Published on January 19th, 2014 | by Becky Castle Miller
(Fangirl Therapy) John Watson’s Mustache and Marking the Time After Loss
(Don’t worry, contains NO spoilers for Sherlock Series 3!)
When the first teaser trailer for Series 3 of BBC’s Sherlock released, the fandom about-faced its focus. Whipping away from theories about how Holmes survived “The Reichenbach Fall,” Sherlockians laser-focused on one thing: John Watson’s mustache.
I couldn’t figure out the reasoning behind the unsightly additions till our Associate Editor Amy, an expert on Story, pointed it out to me: “Hair is one of the only ways to mark the passage of time on TV.”
Thankfully not limited by what a camera can capture, in real life we have options beyond horrible hair to mark the time after a loss. Acknowledging grief in meaningful ways is an important aspect of self care.
Funerals have been normalized. We expect to attend memorial services when someone dies. Sherlock Series Two ended with John and Mrs. Hudson at Sherlock’s grave. Talking to the dead at a grave site is a common TV trope and not uncommon in real life.
We don’t have such culturally entrenched events for marking other types of losses. What do you do without an engraved stone to visit?
I’ve heard of parents holding naming ceremonies for miscarried babies. I know friends who have burned boxes of mementos from broken relationships. Maybe you like the idea of releasing a balloon or throwing a bottle into a stream.
An official outlet for grief can help. Consider a symbolic way you could reminisce and say goodbye, either by yourself or with supportive friends.
I fell apart on Tuesday, July 21, 2009. Every Tuesday for weeks afterward I remembered my breakdown. As time passed, I would remember on the 21st of every month. Now I think, “It’s been four and a half years.”
A friend whose engagement ended marked every hour on the would-have-been wedding day, thinking about what she would have been doing if the ceremony had happened. Many women who have lost babies recall the date of the loss and the expected due date.
You may not be fully aware that you’re noting anniversaries. Amy pointed out, “Some people feel anniversaries before they remember them consciously.” I’ve read about people feeling suddenly sad or out of sorts and not understanding why until they checked a calendar and realized it was an anniversary of a personal tragedy.
However frequently you remember the anniversary of a loss or trauma—and the gaps between your remembrances may increase as time goes on—anniversaries are an important marker for time passing.
Don’t enforce deadlines on your healing. We remember happy anniversaries like birthdays and weddings, and it’s normal to remember difficult anniversaries as well.
Before he grew the mustache, John visited his therapist to talk over his trauma. She asked him to begin by saying out loud, “My best friend, Sherlock Holmes, is dead.”
Having professional guidance as you work through and beyond grief can be healing. Processing with a professional counselor often starts out once a week. As your therapist sees you getting healthier, visits may space out to every other week, then once a month. If you’re really recovering well, you may go a month or more before checking back in.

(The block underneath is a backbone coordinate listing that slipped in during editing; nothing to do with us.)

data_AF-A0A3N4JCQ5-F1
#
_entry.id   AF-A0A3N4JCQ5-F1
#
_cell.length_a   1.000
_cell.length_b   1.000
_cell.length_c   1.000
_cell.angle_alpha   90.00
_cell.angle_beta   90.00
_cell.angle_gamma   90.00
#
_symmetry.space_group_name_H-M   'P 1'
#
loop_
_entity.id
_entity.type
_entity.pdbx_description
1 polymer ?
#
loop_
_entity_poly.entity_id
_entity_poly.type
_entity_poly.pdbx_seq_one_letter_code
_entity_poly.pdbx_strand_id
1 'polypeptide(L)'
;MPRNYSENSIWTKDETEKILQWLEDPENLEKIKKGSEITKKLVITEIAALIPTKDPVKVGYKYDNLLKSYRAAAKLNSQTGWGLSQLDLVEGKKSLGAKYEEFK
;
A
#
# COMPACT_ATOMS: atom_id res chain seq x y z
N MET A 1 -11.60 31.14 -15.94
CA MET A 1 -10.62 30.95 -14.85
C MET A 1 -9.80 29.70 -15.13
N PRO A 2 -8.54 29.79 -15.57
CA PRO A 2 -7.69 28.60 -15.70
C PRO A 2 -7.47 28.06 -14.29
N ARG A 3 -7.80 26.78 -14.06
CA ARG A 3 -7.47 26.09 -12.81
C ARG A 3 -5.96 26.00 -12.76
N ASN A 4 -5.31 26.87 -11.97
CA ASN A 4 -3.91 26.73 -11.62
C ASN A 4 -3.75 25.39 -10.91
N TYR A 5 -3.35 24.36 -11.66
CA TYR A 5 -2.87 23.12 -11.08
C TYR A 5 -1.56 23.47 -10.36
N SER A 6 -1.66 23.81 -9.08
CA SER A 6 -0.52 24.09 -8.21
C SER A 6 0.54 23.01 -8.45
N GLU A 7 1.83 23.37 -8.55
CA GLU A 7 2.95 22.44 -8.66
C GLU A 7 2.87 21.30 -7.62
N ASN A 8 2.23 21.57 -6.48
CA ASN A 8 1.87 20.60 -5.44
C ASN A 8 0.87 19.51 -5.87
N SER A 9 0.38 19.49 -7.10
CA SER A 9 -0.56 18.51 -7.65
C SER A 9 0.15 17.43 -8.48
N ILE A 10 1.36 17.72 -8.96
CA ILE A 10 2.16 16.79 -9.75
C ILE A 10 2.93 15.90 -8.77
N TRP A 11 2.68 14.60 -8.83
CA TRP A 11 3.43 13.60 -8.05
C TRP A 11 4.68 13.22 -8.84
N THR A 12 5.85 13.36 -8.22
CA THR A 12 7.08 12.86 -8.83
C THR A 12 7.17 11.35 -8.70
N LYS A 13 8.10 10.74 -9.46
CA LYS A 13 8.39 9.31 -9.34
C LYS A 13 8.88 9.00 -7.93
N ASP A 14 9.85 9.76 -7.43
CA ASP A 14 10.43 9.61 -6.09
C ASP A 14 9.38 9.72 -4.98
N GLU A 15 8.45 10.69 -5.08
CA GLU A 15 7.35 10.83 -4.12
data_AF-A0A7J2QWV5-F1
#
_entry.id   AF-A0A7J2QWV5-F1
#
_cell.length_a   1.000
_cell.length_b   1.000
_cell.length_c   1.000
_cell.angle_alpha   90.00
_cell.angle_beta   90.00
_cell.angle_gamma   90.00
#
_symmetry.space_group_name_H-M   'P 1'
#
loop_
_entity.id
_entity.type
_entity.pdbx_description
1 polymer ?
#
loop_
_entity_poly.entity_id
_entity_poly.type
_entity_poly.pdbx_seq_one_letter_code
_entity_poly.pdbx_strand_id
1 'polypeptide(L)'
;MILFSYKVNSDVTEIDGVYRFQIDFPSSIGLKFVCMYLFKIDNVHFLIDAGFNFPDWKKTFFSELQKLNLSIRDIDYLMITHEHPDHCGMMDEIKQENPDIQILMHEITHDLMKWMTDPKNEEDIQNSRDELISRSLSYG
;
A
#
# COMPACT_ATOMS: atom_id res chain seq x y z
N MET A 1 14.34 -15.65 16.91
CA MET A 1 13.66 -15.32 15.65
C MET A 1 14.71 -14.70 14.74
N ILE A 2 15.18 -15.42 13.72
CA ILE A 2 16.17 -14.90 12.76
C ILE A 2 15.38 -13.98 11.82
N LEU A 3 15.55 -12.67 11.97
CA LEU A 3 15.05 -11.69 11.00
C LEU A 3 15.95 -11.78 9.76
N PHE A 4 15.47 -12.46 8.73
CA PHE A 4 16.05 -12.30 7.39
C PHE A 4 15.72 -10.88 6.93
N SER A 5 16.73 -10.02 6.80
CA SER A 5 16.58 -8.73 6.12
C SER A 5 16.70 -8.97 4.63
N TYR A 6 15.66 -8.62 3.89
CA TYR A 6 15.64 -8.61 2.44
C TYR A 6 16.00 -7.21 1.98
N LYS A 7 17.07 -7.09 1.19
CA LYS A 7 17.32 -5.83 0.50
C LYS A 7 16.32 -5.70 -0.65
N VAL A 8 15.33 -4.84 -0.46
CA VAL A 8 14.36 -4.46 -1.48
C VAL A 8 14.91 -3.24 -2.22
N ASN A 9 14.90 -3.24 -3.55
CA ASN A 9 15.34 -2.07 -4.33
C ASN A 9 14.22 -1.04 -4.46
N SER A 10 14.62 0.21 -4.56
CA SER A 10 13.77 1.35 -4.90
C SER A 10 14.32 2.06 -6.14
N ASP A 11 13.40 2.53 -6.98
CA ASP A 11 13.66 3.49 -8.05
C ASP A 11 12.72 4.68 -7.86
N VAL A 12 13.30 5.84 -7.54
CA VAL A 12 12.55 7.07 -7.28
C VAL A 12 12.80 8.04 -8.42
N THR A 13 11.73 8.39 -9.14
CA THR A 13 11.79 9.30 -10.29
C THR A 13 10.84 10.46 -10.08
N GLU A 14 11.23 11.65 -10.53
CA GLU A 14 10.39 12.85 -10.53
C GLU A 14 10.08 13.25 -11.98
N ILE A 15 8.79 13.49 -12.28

Sometimes people hesitate to begin therapy because they don’t know how long it will continue. Give yourself as much time as you need to heal, but don’t fear a never-ending counseling relationship. Your therapist wants to see you healthy and will likely be delighted to work herself out of a job.
I once mentioned a subject from a friend’s past and then apologized, “I’m sorry for bringing up a painful memory.”
He smiled and said, “It’s not painful. It’s just a memory.”
Still working on healing many of my own painful memories, I didn’t believe him. But sure enough, several years (and two therapists later), I could finally say for myself, “They’re not painful. They’re just memories.”
The BBC released a mini-episode of Sherlock, “Many Happy Returns,” on Christmas Day in the lead up to Series 3. In it, Lestrade gives John a box of Sherlock’s things that had been left at Scotland Yard. You can see the way that different people process grief on different timelines—the mementos make Lestrade smile, but they make John sad.
Gently test your memories from time to time. Are they still open wounds, bringing you fresh pain when you bump them? Have they scabbed over, itchy and irritating, but not as raw? Have they formed scars, still marked, but not painful when touched?
Do let go of severe trauma memories that cause you repeated pain. Your brain files those away with good reasons.
You don’t have to block all the memories—there may be some you want to keep. Check in on the healing process from time to time and celebrate as you heal and the memories become less painful.
Sometimes we try to reinvent ourselves after loss. Building a new life can help us avoid the gap we might feel in the old life, with its missing piece.
Think carefully before making huge life changes like a new job, a new relationship, or a new home; maybe give yourself a waiting period rather than knee-jerking a massive change.
Smaller changes can be a healthy experiment, one in which you control the variables. Making safe decisions can help you slowly reaffirm your self-determination, which might have been undermined by trauma.
Change your routine, change your diet, try a new exercise or a new hobby. Cut or color your hair.
Maybe even grow a mustache.
Images by my sister-in-law Hannah Castle at FindingStorybookland.com. The little boys cosplaying John and Sherlock are my son and my nephew. For more Kid!lock pictures of the boys, see Hannah’s post Sherlock Lives and the Finding Storybookland Facebook page.